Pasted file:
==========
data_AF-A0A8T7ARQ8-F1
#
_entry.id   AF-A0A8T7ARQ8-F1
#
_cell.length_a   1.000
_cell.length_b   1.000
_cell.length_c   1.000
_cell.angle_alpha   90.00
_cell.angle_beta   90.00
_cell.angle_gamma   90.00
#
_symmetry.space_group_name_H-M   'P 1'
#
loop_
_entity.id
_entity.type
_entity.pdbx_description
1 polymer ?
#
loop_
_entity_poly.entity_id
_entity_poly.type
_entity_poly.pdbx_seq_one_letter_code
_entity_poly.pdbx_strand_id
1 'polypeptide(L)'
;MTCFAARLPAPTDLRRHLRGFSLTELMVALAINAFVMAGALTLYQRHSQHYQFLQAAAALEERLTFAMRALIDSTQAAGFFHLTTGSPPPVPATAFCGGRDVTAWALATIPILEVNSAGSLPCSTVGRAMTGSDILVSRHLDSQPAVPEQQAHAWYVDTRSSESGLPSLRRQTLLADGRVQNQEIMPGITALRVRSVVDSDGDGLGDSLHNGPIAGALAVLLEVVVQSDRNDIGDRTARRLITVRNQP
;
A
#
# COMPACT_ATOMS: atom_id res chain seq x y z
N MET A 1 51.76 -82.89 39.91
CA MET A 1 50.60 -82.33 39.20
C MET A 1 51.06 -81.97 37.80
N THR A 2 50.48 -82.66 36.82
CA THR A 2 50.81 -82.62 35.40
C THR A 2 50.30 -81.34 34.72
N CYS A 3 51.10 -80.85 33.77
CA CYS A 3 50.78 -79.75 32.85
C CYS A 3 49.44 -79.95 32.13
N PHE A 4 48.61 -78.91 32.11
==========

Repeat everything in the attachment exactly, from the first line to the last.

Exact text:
data_AF-A0A8T7ARQ8-F1
#
_entry.id   AF-A0A8T7ARQ8-F1
#
_cell.length_a   1.000
_cell.length_b   1.000
_cell.length_c   1.000
_cell.angle_alpha   90.00
_cell.angle_beta   90.00
_cell.angle_gamma   90.00
#
_symmetry.space_group_name_H-M   'P 1'
#
loop_
_entity.id
_entity.type
_entity.pdbx_description
1 polymer ?
#
loop_
_entity_poly.entity_id
_entity_poly.type
_entity_poly.pdbx_seq_one_letter_code
_entity_poly.pdbx_strand_id
1 'polypeptide(L)'
;MTCFAARLPAPTDLRRHLRGFSLTELMVALAINAFVMAGALTLYQRHSQHYQFLQAAAALEERLTFAMRALIDSTQAAGFFHLTTGSPPPVPATAFCGGRDVTAWALATIPILEVNSAGSLPCSTVGRAMTGSDILVSRHLDSQPAVPEQQAHAWYVDTRSSESGLPSLRRQTLLADGRVQNQEIMPGITALRVRSVVDSDGDGLGDSLHNGPIAGALAVLLEVVVQSDRNDIGDRTARRLITVRNQP
;
A
#
# COMPACT_ATOMS: atom_id res chain seq x y z
N MET A 1 51.76 -82.89 39.91
CA MET A 1 50.60 -82.33 39.20
C MET A 1 51.06 -81.97 37.80
N THR A 2 50.48 -82.66 36.82
CA THR A 2 50.81 -82.62 35.40
C THR A 2 50.30 -81.34 34.72
N CYS A 3 51.10 -80.85 33.77
CA CYS A 3 50.78 -79.75 32.85
C CYS A 3 49.44 -79.95 32.13
N PHE A 4 48.61 -78.91 32.11